Materials List: Erosion in Rivers

This activity was designed for classrooms with access to a 3D-printer and an erosion table. However, if either tool is unavailable, instructions are provided for alternative materials.

The class needs:

  • simulation of river flow, via an erosion table with hydraulic bench OR a stream table OR a homemade erosion table; see below for details on these options
  • small-size model buildings, one per student, made via 3D printer (plus computer and free drawing software) OR LEGO pieces; see below for details on these options
  • 10 pounds fine sand ($5)
  • water, sink and buckets
  • Erosion in Rivers Pre-Activity Quiz, one per student
  • Erosion in Rivers Post-Activity Quiz, one per student

River Simulation Options

A photograph shows a long, black plastic tray with six-inch sides filled with beige sand. At one end, a small stream of water pours in, traveling down the table through a meandering canyon in the sand.
Figure 1. An erosion table filled with fine sand.
Copyright © 2012 Ryan Cain (used with permission)

  1. Erosion table with hydraulic bench for academic purposes, such as the Hydro-Geology Stream table – Hubbard (product #Z06394M) for $1,330 from Nasco at; the recommended table dimensions are 26-in wide x 66-in long x 6-in deep; the author performed the activity using this erosion table, shown in Figure 1.
  2. Alternatively, use a stream table, such as the Stream Table Kit (product #SB01704M) for $80 at Nasco at; its heavy plastic tray is 14-in wide x 48-in long x 3-in deep with a drain hole.
  3. Alternatively, create a homemade erosion table; although a bit more work, it is an efficient low-cost alternative that can be created for ~$41 using the following supplies:
  • a large plastic box of similar dimensions to the erosion and stream tables; manually create a drain (hole) on one end; estimated cost $12
  • bucket or pan, to collect the water; estimated cost $5
  • filter, such as a piece of cheesecloth, to keep soil from escaping the pan; estimated cost $4
  • a pump, with velocity or flow meter if possible, so students can observe differences in erosion effects due to flow rate changes; estimated cost $20

Model Buildings Options

A photograph shows a big black box on a tabletop with a display screen and buttons on its front panel, and open in the front and sides to view an inside platform and machinery.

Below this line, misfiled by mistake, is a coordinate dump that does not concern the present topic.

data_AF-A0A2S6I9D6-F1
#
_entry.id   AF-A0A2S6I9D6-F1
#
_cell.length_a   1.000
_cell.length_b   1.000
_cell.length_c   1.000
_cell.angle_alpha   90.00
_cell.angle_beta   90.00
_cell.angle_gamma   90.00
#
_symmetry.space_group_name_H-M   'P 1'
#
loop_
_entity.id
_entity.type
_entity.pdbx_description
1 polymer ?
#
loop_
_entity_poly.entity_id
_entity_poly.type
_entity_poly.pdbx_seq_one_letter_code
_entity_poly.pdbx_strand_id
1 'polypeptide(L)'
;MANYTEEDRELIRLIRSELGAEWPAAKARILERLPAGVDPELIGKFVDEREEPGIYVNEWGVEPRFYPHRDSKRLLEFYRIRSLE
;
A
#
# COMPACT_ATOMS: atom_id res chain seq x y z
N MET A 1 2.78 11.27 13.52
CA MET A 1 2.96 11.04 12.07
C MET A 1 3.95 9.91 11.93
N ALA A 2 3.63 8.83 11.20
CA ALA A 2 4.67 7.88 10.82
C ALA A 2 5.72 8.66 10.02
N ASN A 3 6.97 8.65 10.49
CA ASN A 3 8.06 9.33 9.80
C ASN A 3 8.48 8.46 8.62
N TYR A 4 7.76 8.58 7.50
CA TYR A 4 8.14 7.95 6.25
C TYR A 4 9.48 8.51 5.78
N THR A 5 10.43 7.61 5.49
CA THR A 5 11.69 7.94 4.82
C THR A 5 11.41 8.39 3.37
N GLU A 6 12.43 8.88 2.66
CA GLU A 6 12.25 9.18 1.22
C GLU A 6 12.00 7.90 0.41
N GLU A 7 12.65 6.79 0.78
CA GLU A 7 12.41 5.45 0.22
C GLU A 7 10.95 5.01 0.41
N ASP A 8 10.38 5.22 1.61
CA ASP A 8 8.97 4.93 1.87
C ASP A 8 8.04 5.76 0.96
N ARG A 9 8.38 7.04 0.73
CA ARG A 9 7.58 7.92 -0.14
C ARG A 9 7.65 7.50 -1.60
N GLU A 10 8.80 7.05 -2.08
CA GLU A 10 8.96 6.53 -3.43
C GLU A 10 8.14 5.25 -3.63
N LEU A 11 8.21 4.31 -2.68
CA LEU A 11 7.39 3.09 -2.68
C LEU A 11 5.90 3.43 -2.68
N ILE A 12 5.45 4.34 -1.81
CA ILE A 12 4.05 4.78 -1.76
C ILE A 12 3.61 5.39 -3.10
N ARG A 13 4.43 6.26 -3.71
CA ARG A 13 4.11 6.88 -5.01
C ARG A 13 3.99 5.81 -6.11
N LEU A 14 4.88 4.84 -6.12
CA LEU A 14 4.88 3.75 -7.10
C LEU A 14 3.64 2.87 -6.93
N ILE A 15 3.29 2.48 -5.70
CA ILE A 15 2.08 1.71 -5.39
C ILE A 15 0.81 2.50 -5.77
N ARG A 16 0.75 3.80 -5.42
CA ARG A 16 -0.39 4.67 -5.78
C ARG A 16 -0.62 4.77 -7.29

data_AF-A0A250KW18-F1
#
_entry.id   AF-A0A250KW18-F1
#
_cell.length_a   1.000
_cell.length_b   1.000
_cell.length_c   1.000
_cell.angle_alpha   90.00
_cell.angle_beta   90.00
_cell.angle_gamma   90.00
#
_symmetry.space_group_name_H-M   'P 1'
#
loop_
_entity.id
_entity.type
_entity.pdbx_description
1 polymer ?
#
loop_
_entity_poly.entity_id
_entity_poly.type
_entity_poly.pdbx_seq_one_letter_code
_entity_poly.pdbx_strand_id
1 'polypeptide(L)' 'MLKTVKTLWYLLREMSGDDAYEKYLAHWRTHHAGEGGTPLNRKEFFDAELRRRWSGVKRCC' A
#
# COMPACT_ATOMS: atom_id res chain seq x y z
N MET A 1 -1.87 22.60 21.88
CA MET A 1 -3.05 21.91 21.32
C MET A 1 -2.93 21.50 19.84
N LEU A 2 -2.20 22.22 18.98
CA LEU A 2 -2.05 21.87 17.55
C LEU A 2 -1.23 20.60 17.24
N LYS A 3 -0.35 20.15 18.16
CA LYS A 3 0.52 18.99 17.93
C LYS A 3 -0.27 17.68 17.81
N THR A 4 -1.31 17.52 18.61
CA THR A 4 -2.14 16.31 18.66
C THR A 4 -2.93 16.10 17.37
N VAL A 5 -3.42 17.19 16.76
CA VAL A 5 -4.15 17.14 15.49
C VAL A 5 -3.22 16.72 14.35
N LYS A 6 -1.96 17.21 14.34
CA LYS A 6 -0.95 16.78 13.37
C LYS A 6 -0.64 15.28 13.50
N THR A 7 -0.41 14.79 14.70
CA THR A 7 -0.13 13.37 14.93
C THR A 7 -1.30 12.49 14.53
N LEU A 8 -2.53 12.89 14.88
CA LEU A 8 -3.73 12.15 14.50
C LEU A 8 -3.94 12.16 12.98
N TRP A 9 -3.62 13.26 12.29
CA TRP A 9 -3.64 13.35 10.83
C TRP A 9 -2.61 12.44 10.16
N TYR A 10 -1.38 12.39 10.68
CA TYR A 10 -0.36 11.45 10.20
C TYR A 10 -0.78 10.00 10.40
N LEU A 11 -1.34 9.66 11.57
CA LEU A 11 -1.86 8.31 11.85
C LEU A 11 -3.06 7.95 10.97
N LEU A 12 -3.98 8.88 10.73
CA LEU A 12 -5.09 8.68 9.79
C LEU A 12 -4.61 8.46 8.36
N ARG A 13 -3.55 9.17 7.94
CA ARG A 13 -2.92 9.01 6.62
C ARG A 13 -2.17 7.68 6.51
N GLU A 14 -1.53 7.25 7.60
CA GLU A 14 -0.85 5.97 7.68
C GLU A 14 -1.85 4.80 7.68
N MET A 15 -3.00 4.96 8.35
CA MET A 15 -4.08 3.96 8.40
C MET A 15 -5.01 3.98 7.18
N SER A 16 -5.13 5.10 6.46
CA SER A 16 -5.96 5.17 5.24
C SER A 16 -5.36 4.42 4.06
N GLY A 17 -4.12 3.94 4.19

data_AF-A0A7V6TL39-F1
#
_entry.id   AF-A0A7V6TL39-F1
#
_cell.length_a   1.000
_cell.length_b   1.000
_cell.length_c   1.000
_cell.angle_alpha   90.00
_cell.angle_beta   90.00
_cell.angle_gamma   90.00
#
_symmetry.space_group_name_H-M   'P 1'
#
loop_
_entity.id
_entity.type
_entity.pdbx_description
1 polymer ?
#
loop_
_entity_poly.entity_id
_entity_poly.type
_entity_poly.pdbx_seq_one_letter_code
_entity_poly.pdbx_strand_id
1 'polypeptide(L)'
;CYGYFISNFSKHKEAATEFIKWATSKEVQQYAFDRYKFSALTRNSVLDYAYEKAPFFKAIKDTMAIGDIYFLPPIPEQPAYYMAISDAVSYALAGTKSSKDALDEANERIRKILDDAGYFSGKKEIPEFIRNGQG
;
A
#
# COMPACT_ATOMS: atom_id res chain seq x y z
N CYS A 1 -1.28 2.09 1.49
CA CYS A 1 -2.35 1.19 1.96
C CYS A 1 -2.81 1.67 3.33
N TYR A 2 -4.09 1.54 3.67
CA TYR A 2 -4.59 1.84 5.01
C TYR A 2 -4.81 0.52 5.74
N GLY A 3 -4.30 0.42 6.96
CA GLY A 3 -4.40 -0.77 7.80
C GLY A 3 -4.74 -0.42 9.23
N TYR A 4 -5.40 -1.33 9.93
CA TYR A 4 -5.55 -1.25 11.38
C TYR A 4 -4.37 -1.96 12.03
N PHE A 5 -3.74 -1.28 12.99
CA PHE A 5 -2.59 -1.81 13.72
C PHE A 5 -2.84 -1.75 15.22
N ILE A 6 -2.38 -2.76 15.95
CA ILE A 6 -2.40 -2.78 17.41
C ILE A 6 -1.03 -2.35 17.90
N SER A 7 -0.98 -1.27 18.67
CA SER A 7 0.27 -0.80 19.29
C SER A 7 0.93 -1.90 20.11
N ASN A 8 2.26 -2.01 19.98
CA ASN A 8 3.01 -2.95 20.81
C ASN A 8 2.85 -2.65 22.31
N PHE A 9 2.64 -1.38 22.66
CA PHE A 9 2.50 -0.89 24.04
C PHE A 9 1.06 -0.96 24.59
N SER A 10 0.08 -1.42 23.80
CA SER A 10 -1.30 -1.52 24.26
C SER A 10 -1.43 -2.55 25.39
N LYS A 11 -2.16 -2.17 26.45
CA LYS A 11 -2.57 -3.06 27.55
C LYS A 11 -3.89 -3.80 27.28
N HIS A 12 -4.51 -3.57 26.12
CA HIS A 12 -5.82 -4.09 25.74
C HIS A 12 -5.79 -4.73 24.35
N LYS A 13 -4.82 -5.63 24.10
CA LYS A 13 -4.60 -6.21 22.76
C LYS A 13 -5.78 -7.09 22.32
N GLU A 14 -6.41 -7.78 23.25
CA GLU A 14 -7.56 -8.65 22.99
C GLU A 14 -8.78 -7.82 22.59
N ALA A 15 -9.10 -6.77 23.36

Figure 2. An example 3D printer, the MakerBot Replicator 2.
Copyright © 2012 Sophia Mercurio, Polytechnic Institute of NYU

  1. 3D printer, for example, the many models made by MakerBot Industries such as the MakerBot Replicator 2 (Figure 2; $2,000) or MakerBot Replicator Mini Compact ($1,375) at; the author used an earlier version of these 3D printers, the Thing-o-matic by Makerbot (; using any 3D printer also requires the use of computers and software, such as:
  • computer, one per student; alternatively, small groups of up to three students could work together on one computer so fewer computers are needed
  • 3D modeling drawing application, for designing building units, such as Google Sketch Up (; free) or 3D Tin (; free); helpful tips, tutorials and download information are available at
  • For design ideas and downloadable designs, use; suggested designs include and
  • a supply of the filament material the 3D printer uses to make the building models
    A composite image shows a photograph of a standard set of LEGO pieces given to each student. Arrows from this photo point to five photos, each showing a different way those pieces can be arranged to form model buildings.
    Figure 3. Using the same LEGO pieces, students create their own model buildings.
    Copyright © 2012 Sophia Mercurio, Polytechnic Institute of NYU
  1. Alternatively, give each student an identical set of 20-25 LEGO pieces (estimated cost $3), from which they can make their own unique model buildings (Figure 3); available for purchase at;%20; a suggested mix of typical LEGO pieces for a set of 19 includes the following pieces:
  • (2) 2 x 6 (one thickness)
  • (2) 4 x 8 (one thickness)
  • (2) 2 x 8 (one thickness)
  • (4) 2 x 3 (double thickness)
  • (1) 2 x 6 (double thickness)
  • (4) 1 x 8 (double thickness)
  • (4) 2 x 8 (double thickness)